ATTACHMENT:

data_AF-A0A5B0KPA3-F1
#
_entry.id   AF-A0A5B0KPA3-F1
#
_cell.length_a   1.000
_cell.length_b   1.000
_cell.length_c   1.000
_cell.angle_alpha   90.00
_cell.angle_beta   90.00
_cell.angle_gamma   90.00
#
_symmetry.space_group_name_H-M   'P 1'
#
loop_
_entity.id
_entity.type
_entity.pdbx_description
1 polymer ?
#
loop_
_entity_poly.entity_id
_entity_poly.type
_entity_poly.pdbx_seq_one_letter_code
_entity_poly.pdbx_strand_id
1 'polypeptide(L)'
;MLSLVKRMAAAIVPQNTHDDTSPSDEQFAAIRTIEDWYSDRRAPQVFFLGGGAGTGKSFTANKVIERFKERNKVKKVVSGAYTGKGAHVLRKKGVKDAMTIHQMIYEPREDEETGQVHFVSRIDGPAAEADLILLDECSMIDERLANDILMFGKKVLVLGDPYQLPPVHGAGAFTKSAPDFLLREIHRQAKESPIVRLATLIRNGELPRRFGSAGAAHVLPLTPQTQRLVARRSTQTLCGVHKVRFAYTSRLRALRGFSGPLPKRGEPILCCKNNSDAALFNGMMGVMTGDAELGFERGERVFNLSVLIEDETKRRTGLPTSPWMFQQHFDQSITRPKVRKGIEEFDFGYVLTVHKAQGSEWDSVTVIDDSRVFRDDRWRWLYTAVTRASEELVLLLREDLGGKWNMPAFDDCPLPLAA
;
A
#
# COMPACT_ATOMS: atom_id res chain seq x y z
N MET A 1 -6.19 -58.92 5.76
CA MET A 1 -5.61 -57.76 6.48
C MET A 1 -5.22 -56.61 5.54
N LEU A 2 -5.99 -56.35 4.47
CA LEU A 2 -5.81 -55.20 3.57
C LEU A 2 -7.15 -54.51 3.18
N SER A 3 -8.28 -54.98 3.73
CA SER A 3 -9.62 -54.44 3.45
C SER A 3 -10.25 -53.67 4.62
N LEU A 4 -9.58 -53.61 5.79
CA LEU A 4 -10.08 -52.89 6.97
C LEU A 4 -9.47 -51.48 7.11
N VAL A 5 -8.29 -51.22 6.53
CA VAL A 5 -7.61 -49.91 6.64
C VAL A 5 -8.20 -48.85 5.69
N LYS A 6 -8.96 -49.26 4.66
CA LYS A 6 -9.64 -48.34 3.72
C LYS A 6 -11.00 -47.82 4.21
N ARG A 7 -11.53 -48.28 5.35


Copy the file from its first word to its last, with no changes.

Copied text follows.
data_AF-A0A5B0KPA3-F1
#
_entry.id   AF-A0A5B0KPA3-F1
#
_cell.length_a   1.000
_cell.length_b   1.000
_cell.length_c   1.000
_cell.angle_alpha   90.00
_cell.angle_beta   90.00
_cell.angle_gamma   90.00
#
_symmetry.space_group_name_H-M   'P 1'
#
loop_
_entity.id
_entity.type
_entity.pdbx_description
1 polymer ?
#
loop_
_entity_poly.entity_id
_entity_poly.type
_entity_poly.pdbx_seq_one_letter_code
_entity_poly.pdbx_strand_id
1 'polypeptide(L)'
;MLSLVKRMAAAIVPQNTHDDTSPSDEQFAAIRTIEDWYSDRRAPQVFFLGGGAGTGKSFTANKVIERFKERNKVKKVVSGAYTGKGAHVLRKKGVKDAMTIHQMIYEPREDEETGQVHFVSRIDGPAAEADLILLDECSMIDERLANDILMFGKKVLVLGDPYQLPPVHGAGAFTKSAPDFLLREIHRQAKESPIVRLATLIRNGELPRRFGSAGAAHVLPLTPQTQRLVARRSTQTLCGVHKVRFAYTSRLRALRGFSGPLPKRGEPILCCKNNSDAALFNGMMGVMTGDAELGFERGERVFNLSVLIEDETKRRTGLPTSPWMFQQHFDQSITRPKVRKGIEEFDFGYVLTVHKAQGSEWDSVTVIDDSRVFRDDRWRWLYTAVTRASEELVLLLREDLGGKWNMPAFDDCPLPLAA
;
A
#
# COMPACT_ATOMS: atom_id res chain seq x y z
N MET A 1 -6.19 -58.92 5.76
CA MET A 1 -5.61 -57.76 6.48
C MET A 1 -5.22 -56.61 5.54
N LEU A 2 -5.99 -56.35 4.47
CA LEU A 2 -5.81 -55.20 3.57
C LEU A 2 -7.15 -54.51 3.18
N SER A 3 -8.28 -54.98 3.73
CA SER A 3 -9.62 -54.44 3.45
C SER A 3 -10.25 -53.67 4.62
N LEU A 4 -9.58 -53.61 5.79
CA LEU A 4 -10.08 -52.89 6.97
C LEU A 4 -9.47 -51.48 7.11
N VAL A 5 -8.29 -51.22 6.53
CA VAL A 5 -7.61 -49.91 6.64
C VAL A 5 -8.20 -48.85 5.69
N LYS A 6 -8.96 -49.26 4.66
CA LYS A 6 -9.64 -48.34 3.72
C LYS A 6 -11.00 -47.82 4.21
N ARG A 7 -11.53 -48.28 5.35